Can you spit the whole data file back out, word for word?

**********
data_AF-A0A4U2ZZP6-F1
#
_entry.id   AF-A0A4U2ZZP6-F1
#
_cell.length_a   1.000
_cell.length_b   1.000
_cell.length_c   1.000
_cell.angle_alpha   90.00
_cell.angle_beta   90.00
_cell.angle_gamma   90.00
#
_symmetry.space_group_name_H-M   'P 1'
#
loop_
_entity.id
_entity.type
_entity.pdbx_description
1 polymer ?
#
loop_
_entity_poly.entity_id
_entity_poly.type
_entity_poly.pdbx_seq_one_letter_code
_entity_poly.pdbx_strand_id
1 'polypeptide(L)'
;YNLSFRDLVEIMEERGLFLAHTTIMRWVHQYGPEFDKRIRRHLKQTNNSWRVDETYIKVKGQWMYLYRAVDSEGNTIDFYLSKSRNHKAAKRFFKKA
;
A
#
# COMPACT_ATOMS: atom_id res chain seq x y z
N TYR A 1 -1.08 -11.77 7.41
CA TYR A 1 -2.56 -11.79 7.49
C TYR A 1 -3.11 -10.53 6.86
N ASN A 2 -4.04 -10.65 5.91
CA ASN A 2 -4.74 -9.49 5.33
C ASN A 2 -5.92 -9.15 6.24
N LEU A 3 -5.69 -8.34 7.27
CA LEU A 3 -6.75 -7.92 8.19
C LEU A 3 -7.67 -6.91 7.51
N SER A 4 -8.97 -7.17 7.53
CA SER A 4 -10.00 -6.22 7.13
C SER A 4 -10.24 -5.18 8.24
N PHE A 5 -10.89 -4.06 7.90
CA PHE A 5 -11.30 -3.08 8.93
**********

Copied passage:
data_AF-A0A4U2ZZP6-F1
#
_entry.id   AF-A0A4U2ZZP6-F1
#
_cell.length_a   1.000
_cell.length_b   1.000
_cell.length_c   1.000
_cell.angle_alpha   90.00
_cell.angle_beta   90.00
_cell.angle_gamma   90.00
#
_symmetry.space_group_name_H-M   'P 1'
#
loop_
_entity.id
_entity.type
_entity.pdbx_description
1 polymer ?
#
loop_
_entity_poly.entity_id
_entity_poly.type
_entity_poly.pdbx_seq_one_letter_code
_entity_poly.pdbx_strand_id
1 'polypeptide(L)'
;YNLSFRDLVEIMEERGLFLAHTTIMRWVHQYGPEFDKRIRRHLKQTNNSWRVDETYIKVKGQWMYLYRAVDSEGNTIDFYLSKSRNHKAAKRFFKKA
;
A
#
# COMPACT_ATOMS: atom_id res chain seq x y z
N TYR A 1 -1.08 -11.77 7.41
CA TYR A 1 -2.56 -11.79 7.49
C TYR A 1 -3.11 -10.53 6.86
N ASN A 2 -4.04 -10.65 5.91
CA ASN A 2 -4.74 -9.49 5.33
C ASN A 2 -5.92 -9.15 6.24
N LEU A 3 -5.69 -8.34 7.27
CA LEU A 3 -6.75 -7.92 8.19
C LEU A 3 -7.67 -6.91 7.51
N SER A 4 -8.97 -7.17 7.53
CA SER A 4 -10.00 -6.22 7.13
C SER A 4 -10.24 -5.18 8.24
N PHE A 5 -10.89 -4.06 7.90
CA PHE A 5 -11.30 -3.08 8.93